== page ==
ADA, OK -- The morning after pill, also known as Plan B, is now available over the counter, and to a younger age group than ever before.
"I just don't see it as giving our girls the right idea of values and ethics," said one ECU student.
"I think it's a good thing for women to have. I think its beneficial and I think that women should have access to it and it should be easy for them to get when they need it," said another ECU student.
But what exactly does the pill do?
Gynecologist, John Siegle, says it's an emergency contraceptive used to prevent pregnancy after unprotected sex, and it does just that.
He says there are some misconceptions about the pill.
"They confuse it with mifepristone, which is the abortion pill, which is also approved by the food and drug administration for emergency contraception," said Siegle. "But that's the biggest misconception people have."
Siegle says Plan B does not terminate pregnancy. It's purpose is to prevent pregnancy from happening.
"The morning after pill is a derivation of low dose birth control pills. Mifepristone is an anti-hormonal agent that actually causes miscarriage," Seigle said.
According to Siegle, Plan B blocks fertilization by delaying or preventing a woman from ovulating, or releasing an egg.
Plan B can also prevent implantation of a fertilized egg in the uterus.
But there's a time limit for it's effectiveness up to 5 days.
"The effectiveness of the emergency contraception becomes less the further from the sexual contact there is," Siegle said.
The pill is available in most pharmacies and can now be bought without a prescription by women 15 and older.
Even though no prior consultation with a doctor is needed in order to get the pill, executive director of House of Hope, Rachel Miller, says a woman should still consult with another person if she's considering taking the pill.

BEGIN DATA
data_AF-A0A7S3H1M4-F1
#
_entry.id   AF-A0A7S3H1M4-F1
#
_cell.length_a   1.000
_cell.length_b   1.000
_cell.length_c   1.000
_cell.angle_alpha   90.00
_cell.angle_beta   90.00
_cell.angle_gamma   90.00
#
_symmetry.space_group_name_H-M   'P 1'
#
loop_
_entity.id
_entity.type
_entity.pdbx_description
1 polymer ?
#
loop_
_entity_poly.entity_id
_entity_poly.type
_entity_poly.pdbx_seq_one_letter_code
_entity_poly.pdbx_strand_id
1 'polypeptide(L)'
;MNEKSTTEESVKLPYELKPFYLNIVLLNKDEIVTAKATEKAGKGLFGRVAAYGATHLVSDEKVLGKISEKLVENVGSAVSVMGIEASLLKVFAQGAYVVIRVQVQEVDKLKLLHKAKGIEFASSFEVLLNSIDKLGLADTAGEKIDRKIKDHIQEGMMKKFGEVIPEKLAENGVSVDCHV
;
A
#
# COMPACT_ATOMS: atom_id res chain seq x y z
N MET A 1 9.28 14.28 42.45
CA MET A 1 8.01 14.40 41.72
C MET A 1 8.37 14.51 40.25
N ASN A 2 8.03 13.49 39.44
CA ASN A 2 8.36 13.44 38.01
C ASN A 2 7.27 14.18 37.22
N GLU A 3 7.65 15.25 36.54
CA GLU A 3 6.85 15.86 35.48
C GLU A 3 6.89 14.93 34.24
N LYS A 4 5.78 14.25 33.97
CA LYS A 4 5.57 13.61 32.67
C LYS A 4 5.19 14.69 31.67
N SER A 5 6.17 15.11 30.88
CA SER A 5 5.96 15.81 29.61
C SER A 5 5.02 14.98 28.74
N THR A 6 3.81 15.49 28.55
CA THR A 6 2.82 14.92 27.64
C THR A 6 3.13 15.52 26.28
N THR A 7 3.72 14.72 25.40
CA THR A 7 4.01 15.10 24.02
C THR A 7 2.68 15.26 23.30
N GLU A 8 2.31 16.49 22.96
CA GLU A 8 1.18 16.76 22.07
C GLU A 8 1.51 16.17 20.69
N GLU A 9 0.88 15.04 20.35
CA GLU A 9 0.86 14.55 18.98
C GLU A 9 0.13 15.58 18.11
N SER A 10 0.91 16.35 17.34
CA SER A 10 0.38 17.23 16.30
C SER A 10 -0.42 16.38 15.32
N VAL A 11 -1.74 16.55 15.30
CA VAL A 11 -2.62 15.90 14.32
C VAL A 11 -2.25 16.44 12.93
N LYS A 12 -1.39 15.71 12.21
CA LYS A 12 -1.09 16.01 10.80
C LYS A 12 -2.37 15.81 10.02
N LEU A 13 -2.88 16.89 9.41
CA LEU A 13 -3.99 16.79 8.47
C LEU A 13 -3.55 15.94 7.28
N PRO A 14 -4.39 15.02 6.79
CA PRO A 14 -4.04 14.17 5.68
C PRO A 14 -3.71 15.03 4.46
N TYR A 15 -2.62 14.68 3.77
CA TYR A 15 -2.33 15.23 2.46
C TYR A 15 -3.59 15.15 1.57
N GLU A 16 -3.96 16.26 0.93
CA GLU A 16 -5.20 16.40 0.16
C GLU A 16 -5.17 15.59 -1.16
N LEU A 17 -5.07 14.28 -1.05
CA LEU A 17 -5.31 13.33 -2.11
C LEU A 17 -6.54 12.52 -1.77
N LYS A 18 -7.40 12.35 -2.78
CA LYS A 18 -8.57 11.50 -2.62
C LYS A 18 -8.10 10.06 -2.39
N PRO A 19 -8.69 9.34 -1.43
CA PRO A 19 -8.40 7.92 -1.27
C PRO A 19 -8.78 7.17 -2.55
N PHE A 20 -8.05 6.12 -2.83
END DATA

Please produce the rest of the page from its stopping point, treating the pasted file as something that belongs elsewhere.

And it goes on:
"I just recommend that someone does know," said Miller. "I think it's a vulnerable place for girls to be. They're scared cause they're not wanting to be pregnant."
House of Hope is a pregnancy center in Ada that offers free services and counseling to women of all ages who are dealing with unplanned pregnancies.
Miller says she's helped girls as young as 12 with pregnancy related issues, which can be a very difficult to deal with on their own.
"A lot of times just having someone outside the situation, the father would be inside the situation, but having another adult outside the situation come in and kind of speak some reason into your life that you're not really focused on because you're focused on the emotion and fear that comes with an unplanned pregnancy," Miller said.
Although Siegle says there are no negative effects if a woman takes the pill multiple times, he recommends that women not use the pill regularly, and consider getting prescribed to a regular form of birth control.